Lynne

The heart: the first brain

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Dean Radin the celebrated scientist from the Institute of Noetic Sciences, once made an important discovery: that we often receive a physical foreboding of an event. He set up a computer that would randomly select photos designed to calm, to arouse, or to upset a participant.

His volunteers were wired to physiological monitors that recorded changes in skin conduction, heart rate and blood pressure, and they sat in front of a computer that would randomly display color photos of tranquil scenes (landscapes), or scenes designed to shock (autopsies) or to arouse (erotic materials).

Radin was fascinated to discover that his subjects were registering physiological responses before they saw the photo. As if trying to brace themselves, their responses were highest before they saw an image that was erotic or disturbing.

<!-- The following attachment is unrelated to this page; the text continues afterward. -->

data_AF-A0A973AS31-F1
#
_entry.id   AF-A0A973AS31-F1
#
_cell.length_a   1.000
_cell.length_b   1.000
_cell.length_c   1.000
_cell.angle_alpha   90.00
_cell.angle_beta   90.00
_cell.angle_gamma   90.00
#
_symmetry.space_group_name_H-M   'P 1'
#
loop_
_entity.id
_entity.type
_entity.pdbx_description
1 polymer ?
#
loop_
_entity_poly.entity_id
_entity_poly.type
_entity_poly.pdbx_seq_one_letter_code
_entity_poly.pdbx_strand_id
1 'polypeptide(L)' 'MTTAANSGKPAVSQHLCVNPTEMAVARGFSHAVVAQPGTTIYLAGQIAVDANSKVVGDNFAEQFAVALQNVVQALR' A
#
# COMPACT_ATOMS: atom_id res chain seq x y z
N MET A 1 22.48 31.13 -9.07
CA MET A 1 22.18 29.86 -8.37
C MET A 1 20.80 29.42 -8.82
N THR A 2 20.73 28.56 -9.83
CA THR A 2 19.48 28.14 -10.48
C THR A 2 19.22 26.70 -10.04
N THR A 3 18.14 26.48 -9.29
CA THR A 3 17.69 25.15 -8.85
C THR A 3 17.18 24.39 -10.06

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It’s only stuff

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Amid all the fear-mongering the press has indulged in of late after the terrorist attacks in Paris and Los Angeles and London, it’s easy to overlook the good news in any calamity: the simple power and goodness of the human spirit.

Take the recent floods in the north of England where I live. Two weeks ago, around Cumbria and the breathtaking Lake District, the heavens suddenly opened and poured down the heaviest rain ever recorded in British history.

Some 13.5 inches of rain fell between 6 pm on Friday December 4 and the same time the following evening, easily breaching the special defences built by the British government after the 2005 floods had created a similar disaster.

More than 5000 Cumbrian homes were flooded and more than a hundred people drowned. The press was full of images of deluge and disaster, homes and farms under water, people scrambling out of top story windows.

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